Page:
Scientists have just achieved a milestone in stem-cell biology after creating a monkey from two embryos. And proof of the achievement, perhaps unnervingly, showed up in the infant primate’s eerie green glow.
Although research labs have created such “chimeras,” or organisms with cells from two distinct sources, in rats and mice, monkeys have been more challenging to work with because of their increased biological complexity and longer gestation and maturation time. In previous attempts, scientists have struggled to successfully incorporate injected stem cells into a monkey, with less than 5 percent of the final organism grown from donor cells. In the new work, published November 9 in Cell, researchers managed to create a monkey that had an average of more than 60 percent donor cell expression across tested organs.
Scientists hope that someday such chimeras could model human diseases: if inserted stem cells carry genomes associated with a specific condition, researchers can then study how they behave in an organism. Such applications are still distant, however, according to Jun Wu, a stem-cell biologist at the University of Texas Southwestern Medical Center who was not involved in the new research and believes the work is most valuable as a basic science finding.
The high contribution from the donor stem cells the research achieved is what gave the infant cynomolgus monkey (Macaca fascicularis) a strange green tinge. Before the stem cells were injected into the host embryo, scientists edited the cells to express green fluorescent protein, which was originally found in a jellyfish and glows green under blue light. The modification allows scientists to evaluate just how much of a developing embryo came from the stem cells they added. “It’s good for tracking the cells so you can distinguish the cells that you injected in the embryo from the embryonic cells,” Wu says.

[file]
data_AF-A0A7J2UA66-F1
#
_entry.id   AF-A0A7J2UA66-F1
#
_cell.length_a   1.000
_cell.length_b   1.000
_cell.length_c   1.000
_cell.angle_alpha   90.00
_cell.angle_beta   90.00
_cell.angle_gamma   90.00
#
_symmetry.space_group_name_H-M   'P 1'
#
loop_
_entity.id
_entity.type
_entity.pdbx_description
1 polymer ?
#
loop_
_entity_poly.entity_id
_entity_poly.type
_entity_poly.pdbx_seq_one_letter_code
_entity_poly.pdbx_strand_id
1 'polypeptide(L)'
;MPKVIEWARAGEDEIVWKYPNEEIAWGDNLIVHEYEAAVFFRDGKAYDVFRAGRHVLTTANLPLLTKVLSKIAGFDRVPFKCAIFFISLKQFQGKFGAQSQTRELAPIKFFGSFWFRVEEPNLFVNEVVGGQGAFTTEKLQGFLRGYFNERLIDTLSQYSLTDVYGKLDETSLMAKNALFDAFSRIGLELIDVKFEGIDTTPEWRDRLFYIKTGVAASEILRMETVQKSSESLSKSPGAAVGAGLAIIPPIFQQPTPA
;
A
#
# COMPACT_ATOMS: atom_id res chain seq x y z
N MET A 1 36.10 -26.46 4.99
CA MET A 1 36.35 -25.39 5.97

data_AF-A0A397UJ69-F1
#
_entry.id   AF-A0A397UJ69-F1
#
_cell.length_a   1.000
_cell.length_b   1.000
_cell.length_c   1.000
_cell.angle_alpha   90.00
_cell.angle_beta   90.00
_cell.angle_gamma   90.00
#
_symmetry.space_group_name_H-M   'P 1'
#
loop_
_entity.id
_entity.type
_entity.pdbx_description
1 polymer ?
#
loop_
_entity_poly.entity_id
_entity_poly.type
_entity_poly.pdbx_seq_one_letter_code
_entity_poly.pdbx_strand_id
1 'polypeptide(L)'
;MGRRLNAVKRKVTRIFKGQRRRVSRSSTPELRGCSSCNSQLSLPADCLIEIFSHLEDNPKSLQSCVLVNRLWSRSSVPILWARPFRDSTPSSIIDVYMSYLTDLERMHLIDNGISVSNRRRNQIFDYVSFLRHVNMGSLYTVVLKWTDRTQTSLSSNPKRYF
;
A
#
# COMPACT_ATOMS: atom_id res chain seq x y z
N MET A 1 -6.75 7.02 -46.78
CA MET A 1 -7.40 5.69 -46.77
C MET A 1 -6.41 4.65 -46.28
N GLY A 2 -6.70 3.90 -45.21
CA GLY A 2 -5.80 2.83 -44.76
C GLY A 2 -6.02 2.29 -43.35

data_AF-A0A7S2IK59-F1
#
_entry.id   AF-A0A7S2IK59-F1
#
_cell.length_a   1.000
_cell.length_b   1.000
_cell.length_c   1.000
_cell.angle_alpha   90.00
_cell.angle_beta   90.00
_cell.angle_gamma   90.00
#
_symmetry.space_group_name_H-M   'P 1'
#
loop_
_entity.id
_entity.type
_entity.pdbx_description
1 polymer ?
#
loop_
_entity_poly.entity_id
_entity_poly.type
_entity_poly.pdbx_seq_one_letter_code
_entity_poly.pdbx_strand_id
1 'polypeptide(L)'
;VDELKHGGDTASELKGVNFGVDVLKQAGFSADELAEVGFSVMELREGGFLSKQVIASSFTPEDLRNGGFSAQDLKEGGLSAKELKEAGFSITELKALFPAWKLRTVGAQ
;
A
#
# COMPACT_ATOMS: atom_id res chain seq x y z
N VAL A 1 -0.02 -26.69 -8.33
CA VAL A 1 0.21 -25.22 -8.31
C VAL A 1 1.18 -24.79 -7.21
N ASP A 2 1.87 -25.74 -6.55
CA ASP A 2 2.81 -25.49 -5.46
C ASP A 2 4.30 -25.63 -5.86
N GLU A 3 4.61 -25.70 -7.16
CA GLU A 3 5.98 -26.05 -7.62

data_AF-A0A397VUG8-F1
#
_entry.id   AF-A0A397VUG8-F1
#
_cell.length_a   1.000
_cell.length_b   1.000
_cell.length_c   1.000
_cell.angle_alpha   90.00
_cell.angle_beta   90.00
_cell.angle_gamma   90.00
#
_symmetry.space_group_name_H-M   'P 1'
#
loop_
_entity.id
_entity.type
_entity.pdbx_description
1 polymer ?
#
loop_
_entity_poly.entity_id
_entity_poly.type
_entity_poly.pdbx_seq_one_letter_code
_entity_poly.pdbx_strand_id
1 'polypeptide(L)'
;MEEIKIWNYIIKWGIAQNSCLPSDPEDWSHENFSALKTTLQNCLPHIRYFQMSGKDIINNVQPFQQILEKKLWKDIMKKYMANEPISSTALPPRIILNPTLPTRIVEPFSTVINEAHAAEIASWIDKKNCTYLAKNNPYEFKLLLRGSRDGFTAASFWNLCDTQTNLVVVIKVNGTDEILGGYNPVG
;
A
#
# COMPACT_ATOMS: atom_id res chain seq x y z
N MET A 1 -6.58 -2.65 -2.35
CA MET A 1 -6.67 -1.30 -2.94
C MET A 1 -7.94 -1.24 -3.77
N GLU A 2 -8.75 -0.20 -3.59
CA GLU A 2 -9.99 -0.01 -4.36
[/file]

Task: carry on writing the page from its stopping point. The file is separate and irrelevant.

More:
Although the greenish glow is evident in released images of the monkey the researchers created, it isn’t so green as to suggest that 60 percent of the monkey’s cells came from donor material. That’s not surprising, Wu says, noting that scientists use specific assays to calculate levels of the protein in the cells and organisms they work with. “It’s difficult from just the images to get a sense of how much the cells are contributing,” he says.
Uptake levels of donor material varied widely between the baby monkey’s organs, with particularly high levels in the brain, heart, kidney and lung, among other locations. Scientists do know a few factors that influence how well stem cells are incorporated into organs. Pluripotent stem cells, which can become any cell of the body, come in different varieties. These include naive cells, which act like cells from a preimplantation embryo and are more readily incorporated, and primed pluripotent stem cells, which act like postimplantation cells and can’t be incorporated into chimeras at all. And the materials that cells and embryos are kept in over the course of the experiment can also affect incorporation, Wu says, although biologists are still working to understand other factors at play.
Wu says that for him, the key value of the study comes in proving out the high pluripotency of the stem cells that scientists use in the lab. Still, he’s worried by the fact that the researchers were able to coax forth only one baby monkey able to produce the green fluorescent protein out of 74 embryos, and the monkey had to be euthanized at just 10 days old because of breathing problems. To really feel confident in the technique, he’d want to see it result in healthy, adult monkeys that can pass cells derived from the donor material onto their own offspring.
“It would be valuable to follow up on this work to further improve this technology to make sure that the chimeric monkeys can grow to adulthood and produce offspring that have cells coming from the donor,” Wu says. At that point, researchers may be able to use this technique to develop models that ultimately help tackle human diseases, he hopes.